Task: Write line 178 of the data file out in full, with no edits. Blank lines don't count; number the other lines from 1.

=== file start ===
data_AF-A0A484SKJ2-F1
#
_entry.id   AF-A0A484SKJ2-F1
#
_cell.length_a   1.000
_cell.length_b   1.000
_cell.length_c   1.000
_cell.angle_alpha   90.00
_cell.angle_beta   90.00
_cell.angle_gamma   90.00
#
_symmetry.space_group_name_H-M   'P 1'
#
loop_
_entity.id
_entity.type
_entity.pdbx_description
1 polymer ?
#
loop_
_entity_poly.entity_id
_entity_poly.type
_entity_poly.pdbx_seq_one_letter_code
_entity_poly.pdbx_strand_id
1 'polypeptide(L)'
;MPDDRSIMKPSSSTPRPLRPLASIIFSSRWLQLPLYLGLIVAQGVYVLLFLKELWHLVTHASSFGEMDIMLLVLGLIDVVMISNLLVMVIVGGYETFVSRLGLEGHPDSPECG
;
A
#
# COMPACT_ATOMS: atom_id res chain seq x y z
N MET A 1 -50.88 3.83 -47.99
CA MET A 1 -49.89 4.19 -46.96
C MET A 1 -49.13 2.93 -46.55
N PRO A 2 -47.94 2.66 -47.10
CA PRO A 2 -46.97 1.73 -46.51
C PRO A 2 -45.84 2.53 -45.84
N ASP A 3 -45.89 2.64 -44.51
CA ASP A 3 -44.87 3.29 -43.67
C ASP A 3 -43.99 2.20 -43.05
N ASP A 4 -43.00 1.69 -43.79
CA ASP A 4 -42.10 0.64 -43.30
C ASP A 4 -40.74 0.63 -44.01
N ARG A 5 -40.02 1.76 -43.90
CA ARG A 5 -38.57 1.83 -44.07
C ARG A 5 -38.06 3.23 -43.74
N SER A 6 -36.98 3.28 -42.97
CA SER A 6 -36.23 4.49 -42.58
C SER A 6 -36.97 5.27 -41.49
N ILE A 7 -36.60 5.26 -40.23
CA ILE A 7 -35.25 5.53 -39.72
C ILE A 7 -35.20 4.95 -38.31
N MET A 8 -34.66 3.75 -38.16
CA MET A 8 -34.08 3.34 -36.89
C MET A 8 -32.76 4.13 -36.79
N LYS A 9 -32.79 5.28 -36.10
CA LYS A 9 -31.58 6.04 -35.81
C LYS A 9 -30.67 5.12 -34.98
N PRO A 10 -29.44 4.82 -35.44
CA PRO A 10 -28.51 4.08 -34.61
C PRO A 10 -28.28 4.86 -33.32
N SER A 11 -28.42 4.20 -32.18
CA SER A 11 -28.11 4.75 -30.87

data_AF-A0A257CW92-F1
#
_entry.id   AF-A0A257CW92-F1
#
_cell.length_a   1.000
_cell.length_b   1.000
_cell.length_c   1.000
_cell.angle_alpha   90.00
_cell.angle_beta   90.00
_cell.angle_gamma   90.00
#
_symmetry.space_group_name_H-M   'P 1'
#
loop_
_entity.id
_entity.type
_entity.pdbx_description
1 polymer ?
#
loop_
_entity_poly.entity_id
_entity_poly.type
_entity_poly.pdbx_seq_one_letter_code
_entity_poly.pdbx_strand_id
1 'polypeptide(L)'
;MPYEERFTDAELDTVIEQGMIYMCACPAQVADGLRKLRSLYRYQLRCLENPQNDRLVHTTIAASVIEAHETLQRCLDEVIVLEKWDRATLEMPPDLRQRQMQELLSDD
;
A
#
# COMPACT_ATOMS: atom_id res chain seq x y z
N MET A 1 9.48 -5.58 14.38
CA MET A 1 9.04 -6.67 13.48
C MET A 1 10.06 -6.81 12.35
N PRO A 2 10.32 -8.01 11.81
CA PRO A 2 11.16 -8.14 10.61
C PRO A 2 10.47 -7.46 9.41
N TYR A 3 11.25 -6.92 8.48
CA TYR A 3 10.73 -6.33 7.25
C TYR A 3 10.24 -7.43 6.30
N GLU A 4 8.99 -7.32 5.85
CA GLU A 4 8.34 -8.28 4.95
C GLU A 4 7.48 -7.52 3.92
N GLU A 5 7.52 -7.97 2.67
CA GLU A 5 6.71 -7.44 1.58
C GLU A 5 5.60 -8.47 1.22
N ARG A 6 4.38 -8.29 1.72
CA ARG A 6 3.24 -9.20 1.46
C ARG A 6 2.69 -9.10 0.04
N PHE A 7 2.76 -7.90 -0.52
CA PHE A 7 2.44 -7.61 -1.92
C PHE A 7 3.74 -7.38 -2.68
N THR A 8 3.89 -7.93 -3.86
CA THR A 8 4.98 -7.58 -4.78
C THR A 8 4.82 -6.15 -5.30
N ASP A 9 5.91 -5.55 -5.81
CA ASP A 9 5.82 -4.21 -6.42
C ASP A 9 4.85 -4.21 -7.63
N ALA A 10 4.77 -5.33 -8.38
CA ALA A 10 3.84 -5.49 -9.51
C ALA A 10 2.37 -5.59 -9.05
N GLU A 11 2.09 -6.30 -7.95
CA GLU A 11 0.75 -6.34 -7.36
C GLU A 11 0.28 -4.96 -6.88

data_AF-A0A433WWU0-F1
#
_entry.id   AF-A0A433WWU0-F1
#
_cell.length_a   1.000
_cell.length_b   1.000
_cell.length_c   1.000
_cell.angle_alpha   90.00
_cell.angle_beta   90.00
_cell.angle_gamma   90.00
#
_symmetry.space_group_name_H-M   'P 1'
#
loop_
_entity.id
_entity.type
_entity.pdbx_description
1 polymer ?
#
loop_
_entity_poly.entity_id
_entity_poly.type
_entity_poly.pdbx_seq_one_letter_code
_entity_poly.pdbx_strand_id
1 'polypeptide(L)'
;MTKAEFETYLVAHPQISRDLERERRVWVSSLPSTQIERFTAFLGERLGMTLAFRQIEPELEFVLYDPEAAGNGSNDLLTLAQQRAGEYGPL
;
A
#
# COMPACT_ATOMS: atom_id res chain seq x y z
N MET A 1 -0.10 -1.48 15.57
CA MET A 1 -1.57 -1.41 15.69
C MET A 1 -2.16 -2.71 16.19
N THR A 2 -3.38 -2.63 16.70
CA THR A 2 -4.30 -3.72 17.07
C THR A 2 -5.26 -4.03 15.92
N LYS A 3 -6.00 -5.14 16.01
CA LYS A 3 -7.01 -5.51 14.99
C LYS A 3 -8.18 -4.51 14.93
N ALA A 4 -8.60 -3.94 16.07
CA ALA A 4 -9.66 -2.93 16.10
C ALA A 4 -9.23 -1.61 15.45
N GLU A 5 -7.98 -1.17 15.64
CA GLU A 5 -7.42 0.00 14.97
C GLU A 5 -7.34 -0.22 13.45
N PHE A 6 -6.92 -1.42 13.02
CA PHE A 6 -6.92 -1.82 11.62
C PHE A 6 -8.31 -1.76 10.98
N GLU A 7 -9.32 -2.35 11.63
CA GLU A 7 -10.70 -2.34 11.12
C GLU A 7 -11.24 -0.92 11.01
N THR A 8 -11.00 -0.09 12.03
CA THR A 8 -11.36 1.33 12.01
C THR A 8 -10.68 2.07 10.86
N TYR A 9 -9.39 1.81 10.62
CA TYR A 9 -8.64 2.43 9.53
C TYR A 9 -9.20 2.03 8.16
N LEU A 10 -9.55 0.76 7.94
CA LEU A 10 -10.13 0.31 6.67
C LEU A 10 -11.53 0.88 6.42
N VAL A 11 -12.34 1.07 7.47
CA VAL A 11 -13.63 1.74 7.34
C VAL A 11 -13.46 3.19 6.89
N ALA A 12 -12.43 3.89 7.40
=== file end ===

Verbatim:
CA THR A 8 -11.36 1.33 12.01